miRNAs are a class of small non-coding RNAs (ncRNAs) of size 20–24 bases, acting as post-transcriptional regulators of gene expression (Bartel, 2009). miRNAs and transcription factors are important components of gene regulatory networks (Gu, Zhang & Wang, 2012). Thus, any molecular modification in the regulators of integrated networks produces several downstream effects (Gu & Xuan, 2013; Wang, Gu & Li, 2014). It is established in plants as well as animal cells that different post-transcriptional processes modify miRNAs after biogenesis. The modifications processes include trimming, addition or substitution of miRNA nucleotides (Ebhardt et al., 2009; Kim, Heo & Kim, 2010). Modified miRNA with terminal additions may be of two types, namely templated or non-templated depending on its alignment or non-alignment with the reference genome, respectively. The non-templated additions (NTA) are biologically relevant and physiologically regulated processes mediated by enzymes (Wyman et al., 2011). Although, the functional significance of such post-transcriptional modifications is yet to be extensively explored, few studies have concluded that the modifications play an important role in miRNA stability and affects miRNA-target binding and hence the efficiency of target repression. For example, in humans-the terminal adenylation of miR-122 enhances the miRNA stability while terminal uridylation of miR-26A reduces its ability to inhibit its target (Jones et al., 2009; Katoh et al., 2009). In general, adenylation increases miRNA stability, whereas uridylation promotes miRNA degradation (Baccarini et al., 2011; Ibrahim et al., 2010; Katoh et al., 2009; Lu, Sun & Chiang, 2009). However, in few exceptional cases, as in humans and drosophila, both the 3′ adenylation and uridylation promote miRNA degradation (Ameres et al., 2010). It is known that amongst the two miRNA terminal modification types, the 3′ end modifications are more common as compared to the 5′ end modifications (Ryan, Robles & Harris, 2010). The less prevalent 5′ end modifications are of great interest as the modifications can modify the seed sequence of its reference miRNA and may alter target binding or even change target mRNAs (Ameres & Zamore, 2013). The 5′ modifications are also reported to be a widely conserved phenomenon, though its functional significance is yet to be explored (Ryan, Robles & Harris, 2010; Wu et al., 2007). Most of the reported miRNA modification studies primarily focus on terminal adenylation and uridylation, however there are fewer reports on modifications with cytosine and guanine (Aravin & Tuschl, 2005; Burroughs et al., 2010; Morin et al., 2008). Previous studies suggest that post-transcriptional modification in miRNAs is a highly regulated phenomenon and few miRNAs are comparatively more frequently subjected to modification (Wyman et al., 2011). Therefore, local and global analysis of miRNA modifications can enhance our understanding of miRNA medicated cellular gene regulatory mechanisms. The availability of affordable high throughput (HT) small RNA (sRNA) sequencing techniques has made it possible to determine and analyze modified sRNA sequences on a global scale. However, analyzing such HT data is not only a computational challenge but also relatively more difficult for biologists with non-computational academic background. Moreover, the literature survey revealed that currently very few computational tools are available to specifically study different types of miRNA modifications in sRNA NGS datasets (see Table 1). For example, isomiRex (Sablok et al., 2013) determines only the miRNA variants that align with the precursor miRNA sequences, whereas tools like miRanalyzer (Hackenberg et al., 2009) and miRGator (Cho et al., 2012) searches only 3′ non-templated modifications. SeqBuster is limited to determination of 3′ mofications and 5′ trimming (Pantano, Estivill & Marti, 2010). CPSS (Zhang et al., 2012) and Chimira (Vitsios & Enright, 2015) servers processes datasets for limited number of species only. Another tool, isomiRID (De Oliveira, Christoff & Margis, 2013), reports modified miRNA list without distinguishing templated and non-templated modifications. IsomiRage (Muller, Marzi & Nicassio, 2014) is a tool for quantifying user defined miRNA modifications in a small RNA NGS. Similar to the existing tools discussed above, the databases like YM500v2 (Cheng et al., 2013) also performs isomiR searches; however, it is restricted to data related to human cancers. Apart from the above-mentioned limitations, the web-based tools and databases also have technical and computational limitations like restriction of size and type of input files. The output files generated by most of the tools for analysis of miRNA modifications are simple text or html files, which more often requires manual efforts to obtain relevant statistics. Moreover, none of the tools focuses on the effect of modifications on miRNA-target interactions- an obvious and expected translational effect of such modifications.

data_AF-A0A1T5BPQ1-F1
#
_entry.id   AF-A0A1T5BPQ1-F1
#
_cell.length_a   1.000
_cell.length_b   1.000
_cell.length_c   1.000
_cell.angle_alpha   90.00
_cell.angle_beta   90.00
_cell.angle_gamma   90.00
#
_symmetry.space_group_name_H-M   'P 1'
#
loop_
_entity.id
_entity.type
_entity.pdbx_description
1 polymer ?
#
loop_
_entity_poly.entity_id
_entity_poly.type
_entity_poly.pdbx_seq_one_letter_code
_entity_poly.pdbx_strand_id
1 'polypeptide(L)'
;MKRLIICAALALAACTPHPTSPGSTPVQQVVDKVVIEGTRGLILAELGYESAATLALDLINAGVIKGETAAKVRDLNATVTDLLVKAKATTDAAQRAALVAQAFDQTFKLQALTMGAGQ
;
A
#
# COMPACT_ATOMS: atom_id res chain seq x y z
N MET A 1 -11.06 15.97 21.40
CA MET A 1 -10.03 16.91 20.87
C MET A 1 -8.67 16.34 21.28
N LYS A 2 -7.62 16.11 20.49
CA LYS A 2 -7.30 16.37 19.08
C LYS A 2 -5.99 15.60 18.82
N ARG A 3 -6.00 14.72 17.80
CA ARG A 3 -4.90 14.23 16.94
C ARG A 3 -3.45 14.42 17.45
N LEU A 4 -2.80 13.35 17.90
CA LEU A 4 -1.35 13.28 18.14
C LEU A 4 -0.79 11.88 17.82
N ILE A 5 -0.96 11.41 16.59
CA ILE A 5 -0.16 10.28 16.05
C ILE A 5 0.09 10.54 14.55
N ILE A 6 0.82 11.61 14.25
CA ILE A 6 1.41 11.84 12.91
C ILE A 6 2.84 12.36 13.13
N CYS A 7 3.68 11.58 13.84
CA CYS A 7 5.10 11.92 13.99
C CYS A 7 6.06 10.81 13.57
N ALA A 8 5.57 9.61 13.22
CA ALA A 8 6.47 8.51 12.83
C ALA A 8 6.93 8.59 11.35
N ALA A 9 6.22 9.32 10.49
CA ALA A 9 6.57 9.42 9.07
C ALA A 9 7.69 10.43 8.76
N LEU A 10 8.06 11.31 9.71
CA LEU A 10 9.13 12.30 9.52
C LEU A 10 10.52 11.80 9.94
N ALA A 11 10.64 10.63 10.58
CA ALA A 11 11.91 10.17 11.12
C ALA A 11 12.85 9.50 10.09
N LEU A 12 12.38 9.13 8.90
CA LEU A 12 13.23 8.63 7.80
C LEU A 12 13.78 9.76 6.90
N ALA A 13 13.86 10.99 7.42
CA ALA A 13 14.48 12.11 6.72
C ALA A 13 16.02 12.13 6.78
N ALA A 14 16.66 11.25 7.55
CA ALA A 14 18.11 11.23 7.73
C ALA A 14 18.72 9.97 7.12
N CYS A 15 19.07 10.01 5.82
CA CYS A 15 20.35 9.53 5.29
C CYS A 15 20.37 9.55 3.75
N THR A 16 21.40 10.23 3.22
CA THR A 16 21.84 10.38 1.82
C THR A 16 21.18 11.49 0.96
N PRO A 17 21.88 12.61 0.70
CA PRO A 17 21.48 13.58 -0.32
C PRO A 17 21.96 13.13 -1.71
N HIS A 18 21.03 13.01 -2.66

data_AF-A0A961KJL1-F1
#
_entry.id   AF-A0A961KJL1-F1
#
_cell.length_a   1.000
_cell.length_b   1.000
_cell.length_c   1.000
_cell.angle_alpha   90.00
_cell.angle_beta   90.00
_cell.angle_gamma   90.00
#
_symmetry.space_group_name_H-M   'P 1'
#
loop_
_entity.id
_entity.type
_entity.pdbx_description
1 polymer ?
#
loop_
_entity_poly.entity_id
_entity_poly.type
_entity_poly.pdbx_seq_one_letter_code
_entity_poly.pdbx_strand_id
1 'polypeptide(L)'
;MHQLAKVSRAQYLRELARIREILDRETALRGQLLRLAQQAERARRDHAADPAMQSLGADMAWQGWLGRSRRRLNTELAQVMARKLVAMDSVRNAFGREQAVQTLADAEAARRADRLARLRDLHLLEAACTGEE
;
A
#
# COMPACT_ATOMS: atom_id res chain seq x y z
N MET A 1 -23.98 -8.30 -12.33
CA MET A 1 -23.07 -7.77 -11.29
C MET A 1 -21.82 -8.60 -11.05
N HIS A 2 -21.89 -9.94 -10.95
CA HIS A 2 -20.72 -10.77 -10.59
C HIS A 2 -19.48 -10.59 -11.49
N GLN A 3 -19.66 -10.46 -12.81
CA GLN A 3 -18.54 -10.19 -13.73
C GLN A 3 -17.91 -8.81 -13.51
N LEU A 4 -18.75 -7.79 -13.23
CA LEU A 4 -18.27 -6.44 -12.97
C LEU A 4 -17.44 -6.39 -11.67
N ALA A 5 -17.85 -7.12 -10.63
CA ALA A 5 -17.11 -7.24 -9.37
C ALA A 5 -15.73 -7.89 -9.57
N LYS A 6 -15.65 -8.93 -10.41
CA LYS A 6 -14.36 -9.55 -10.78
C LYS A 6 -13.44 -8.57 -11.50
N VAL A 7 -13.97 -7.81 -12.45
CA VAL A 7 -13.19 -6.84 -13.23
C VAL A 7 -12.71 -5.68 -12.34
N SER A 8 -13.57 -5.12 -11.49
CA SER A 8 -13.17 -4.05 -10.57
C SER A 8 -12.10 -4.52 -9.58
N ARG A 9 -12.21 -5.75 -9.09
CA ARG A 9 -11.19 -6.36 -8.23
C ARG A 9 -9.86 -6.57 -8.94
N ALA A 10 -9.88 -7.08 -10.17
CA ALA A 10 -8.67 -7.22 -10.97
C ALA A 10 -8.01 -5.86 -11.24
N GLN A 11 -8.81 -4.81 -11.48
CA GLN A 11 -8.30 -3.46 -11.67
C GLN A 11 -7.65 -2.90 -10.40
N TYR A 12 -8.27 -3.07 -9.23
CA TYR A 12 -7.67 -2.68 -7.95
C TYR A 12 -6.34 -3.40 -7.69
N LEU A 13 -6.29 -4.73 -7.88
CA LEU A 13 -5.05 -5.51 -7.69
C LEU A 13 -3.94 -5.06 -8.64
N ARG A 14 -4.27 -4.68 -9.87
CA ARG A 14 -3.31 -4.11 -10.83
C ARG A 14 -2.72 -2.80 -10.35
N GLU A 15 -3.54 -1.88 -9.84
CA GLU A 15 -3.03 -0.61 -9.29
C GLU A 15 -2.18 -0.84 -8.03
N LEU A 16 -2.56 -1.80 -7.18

|5′ end modification||3′ end modification||Graphical display||Target alteration analysis||Stand alone|